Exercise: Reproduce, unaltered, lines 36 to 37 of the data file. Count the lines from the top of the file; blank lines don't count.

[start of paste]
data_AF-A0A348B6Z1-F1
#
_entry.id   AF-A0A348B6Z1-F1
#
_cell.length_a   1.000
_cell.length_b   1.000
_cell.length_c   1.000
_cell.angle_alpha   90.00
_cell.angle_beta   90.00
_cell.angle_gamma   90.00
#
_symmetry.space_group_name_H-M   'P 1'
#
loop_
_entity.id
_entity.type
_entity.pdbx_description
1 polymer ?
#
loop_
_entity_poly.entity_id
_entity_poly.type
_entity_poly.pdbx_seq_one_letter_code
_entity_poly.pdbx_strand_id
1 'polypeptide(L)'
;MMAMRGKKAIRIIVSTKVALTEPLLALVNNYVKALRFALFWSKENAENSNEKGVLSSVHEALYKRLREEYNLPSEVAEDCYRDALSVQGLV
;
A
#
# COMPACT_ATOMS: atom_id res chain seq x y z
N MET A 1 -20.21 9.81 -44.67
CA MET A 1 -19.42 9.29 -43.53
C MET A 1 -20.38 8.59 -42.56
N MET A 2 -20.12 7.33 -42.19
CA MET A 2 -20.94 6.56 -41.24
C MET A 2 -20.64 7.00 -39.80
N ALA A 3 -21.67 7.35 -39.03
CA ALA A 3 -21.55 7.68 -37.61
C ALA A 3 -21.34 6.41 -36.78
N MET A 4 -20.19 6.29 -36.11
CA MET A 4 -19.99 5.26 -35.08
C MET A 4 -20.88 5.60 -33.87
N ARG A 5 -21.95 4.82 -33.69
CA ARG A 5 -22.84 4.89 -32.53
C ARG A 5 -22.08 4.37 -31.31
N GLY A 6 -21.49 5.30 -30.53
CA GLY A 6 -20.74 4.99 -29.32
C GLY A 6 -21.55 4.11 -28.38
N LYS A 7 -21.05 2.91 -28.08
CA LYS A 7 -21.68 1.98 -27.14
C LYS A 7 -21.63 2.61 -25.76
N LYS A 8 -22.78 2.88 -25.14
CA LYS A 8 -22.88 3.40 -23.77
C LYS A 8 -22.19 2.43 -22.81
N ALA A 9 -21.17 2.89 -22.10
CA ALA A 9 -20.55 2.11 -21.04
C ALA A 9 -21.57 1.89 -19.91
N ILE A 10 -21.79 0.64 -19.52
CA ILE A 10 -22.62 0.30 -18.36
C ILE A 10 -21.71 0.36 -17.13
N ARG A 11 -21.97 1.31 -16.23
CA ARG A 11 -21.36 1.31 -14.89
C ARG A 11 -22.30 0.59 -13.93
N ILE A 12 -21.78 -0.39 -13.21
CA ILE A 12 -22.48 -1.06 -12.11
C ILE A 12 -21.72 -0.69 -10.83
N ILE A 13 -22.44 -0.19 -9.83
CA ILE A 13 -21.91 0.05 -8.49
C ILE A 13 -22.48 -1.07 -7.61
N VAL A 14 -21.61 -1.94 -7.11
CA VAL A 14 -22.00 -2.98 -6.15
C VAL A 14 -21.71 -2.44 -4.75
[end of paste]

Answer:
C MET A 2 -20.64 7.00 -39.80
N ALA A 3 -21.67 7.35 -39.03